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What’s new with Seeing AI

By Saqib Shaikh, Software Engineering Manager and Project Lead for Seeing AI

Seeing AI provides people who are blind or with low vision an easier way to understand the world around them through the cameras on their smartphones. Whether in a room, on a street, in a mall or an office – people are using the app to independently accomplish daily tasks like never before. Seeing AI helps users read printed text in books, restaurant menus, street signs and handwritten notes, as well as identify banknotes and products via their barcode. Leveraging on-device facial-recognition technology, the app can even describe the physical appearance of people and predict their mood.

Today, we are announcing new Seeing AI features for the enthusiastic community of users who share their experiences with the app, recommend new capabilities and suggest improvements for its functionalities. Inspired by this rich feedback, here are the updates rolling out to Seeing AI to enhance the user’s experience:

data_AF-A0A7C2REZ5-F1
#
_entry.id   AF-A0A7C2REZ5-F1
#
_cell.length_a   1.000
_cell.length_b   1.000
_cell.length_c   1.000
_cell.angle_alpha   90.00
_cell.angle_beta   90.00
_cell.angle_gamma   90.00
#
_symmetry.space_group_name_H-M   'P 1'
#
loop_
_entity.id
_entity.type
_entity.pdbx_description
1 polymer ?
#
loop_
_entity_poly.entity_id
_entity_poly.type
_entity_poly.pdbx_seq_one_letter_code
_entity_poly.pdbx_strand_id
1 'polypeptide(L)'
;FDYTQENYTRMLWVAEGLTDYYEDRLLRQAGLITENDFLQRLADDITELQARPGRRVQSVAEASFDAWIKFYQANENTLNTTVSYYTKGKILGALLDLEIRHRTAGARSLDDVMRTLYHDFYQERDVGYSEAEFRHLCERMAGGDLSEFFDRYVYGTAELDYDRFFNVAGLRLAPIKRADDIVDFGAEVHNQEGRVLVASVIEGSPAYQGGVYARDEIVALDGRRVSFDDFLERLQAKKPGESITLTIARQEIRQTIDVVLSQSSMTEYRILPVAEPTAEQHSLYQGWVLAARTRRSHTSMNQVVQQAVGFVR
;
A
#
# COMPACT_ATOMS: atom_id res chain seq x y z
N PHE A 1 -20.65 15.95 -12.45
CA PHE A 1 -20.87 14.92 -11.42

• Explore photos by touch: Leveraging technology from Azure Cognitive Services, including Custom Vision Service in tandem with the Computer Vision API, this new feature enables users to tap their finger to an image on a touch-screen to hear a description of objects within an image and the spatial relationship between them. Users can explore photos of their surroundings taken on the Scene channel, family photos stored in their photo browser, and even images shared on social media by summoning the options menu while in other apps.
  • Native iPad support: For the first time we’re releasing iPad support, to provide a better Seeing AI experience that accounts for the larger display requirements. iPad support is particularly important to individuals using Seeing AI in academic or other professional settings where they are unable to use a cellular device.
  • Channel improvements: Users can now customize the order in which channels are shown, enabling easier access to favorite features. We’ve also made it easier to access the face recognition function while on the Person channel, by relocating the feature directly on the main screen. Additionally, when analyzing photos from other apps, the app will now provide audio cues that indicate Seeing AI is processing the image.

Since the app’s launch in 2017, Seeing AI has leveraged AI technology and inclusive design to help people with more than 10 million tasks. If you haven’t tried Seeing AI yet, download it for free on the App Store. If you have, please share your thoughts, feedback or questions with us at seeingai@microsoft.com, or through the Disability Answer Desk and Accessibility User Voice Forum.